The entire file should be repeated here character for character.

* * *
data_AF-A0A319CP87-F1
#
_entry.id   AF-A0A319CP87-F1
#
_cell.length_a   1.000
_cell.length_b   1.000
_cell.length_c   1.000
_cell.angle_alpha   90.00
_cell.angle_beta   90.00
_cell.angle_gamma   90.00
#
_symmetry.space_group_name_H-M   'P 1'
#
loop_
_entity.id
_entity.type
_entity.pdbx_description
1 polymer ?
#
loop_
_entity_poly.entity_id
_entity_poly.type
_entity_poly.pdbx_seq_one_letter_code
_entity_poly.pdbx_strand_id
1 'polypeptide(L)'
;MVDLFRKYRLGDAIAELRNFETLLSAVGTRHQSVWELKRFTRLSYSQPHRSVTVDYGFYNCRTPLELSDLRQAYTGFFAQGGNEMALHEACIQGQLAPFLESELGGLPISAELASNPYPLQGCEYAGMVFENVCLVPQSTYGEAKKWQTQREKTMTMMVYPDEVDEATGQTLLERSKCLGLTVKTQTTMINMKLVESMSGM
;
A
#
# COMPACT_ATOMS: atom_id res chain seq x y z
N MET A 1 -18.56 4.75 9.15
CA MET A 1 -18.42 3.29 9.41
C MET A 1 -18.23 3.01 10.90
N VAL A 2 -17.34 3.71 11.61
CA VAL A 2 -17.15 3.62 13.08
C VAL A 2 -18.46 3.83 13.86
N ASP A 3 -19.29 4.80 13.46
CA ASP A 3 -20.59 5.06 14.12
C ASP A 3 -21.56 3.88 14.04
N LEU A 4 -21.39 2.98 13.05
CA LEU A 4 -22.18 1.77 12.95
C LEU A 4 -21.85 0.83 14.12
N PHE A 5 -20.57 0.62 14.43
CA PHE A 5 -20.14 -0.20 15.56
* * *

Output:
data_AF-A0A319CP87-F1
#
_entry.id   AF-A0A319CP87-F1
#
_cell.length_a   1.000
_cell.length_b   1.000
_cell.length_c   1.000
_cell.angle_alpha   90.00
_cell.angle_beta   90.00
_cell.angle_gamma   90.00
#
_symmetry.space_group_name_H-M   'P 1'
#
loop_
_entity.id
_entity.type
_entity.pdbx_description
1 polymer ?
#
loop_
_entity_poly.entity_id
_entity_poly.type
_entity_poly.pdbx_seq_one_letter_code
_entity_poly.pdbx_strand_id
1 'polypeptide(L)'
;MVDLFRKYRLGDAIAELRNFETLLSAVGTRHQSVWELKRFTRLSYSQPHRSVTVDYGFYNCRTPLELSDLRQAYTGFFAQGGNEMALHEACIQGQLAPFLESELGGLPISAELASNPYPLQGCEYAGMVFENVCLVPQSTYGEAKKWQTQREKTMTMMVYPDEVDEATGQTLLERSKCLGLTVKTQTTMINMKLVESMSGM
;
A
#
# COMPACT_ATOMS: atom_id res chain seq x y z
N MET A 1 -18.56 4.75 9.15
CA MET A 1 -18.42 3.29 9.41
C MET A 1 -18.23 3.01 10.90
N VAL A 2 -17.34 3.71 11.61
CA VAL A 2 -17.15 3.62 13.08
C VAL A 2 -18.46 3.83 13.86
N ASP A 3 -19.29 4.80 13.46
CA ASP A 3 -20.59 5.06 14.12
C ASP A 3 -21.56 3.88 14.04
N LEU A 4 -21.39 2.98 13.05
CA LEU A 4 -22.18 1.77 12.95
C LEU A 4 -21.85 0.83 14.12
N PHE A 5 -20.57 0.62 14.43
CA PHE A 5 -20.14 -0.20 15.56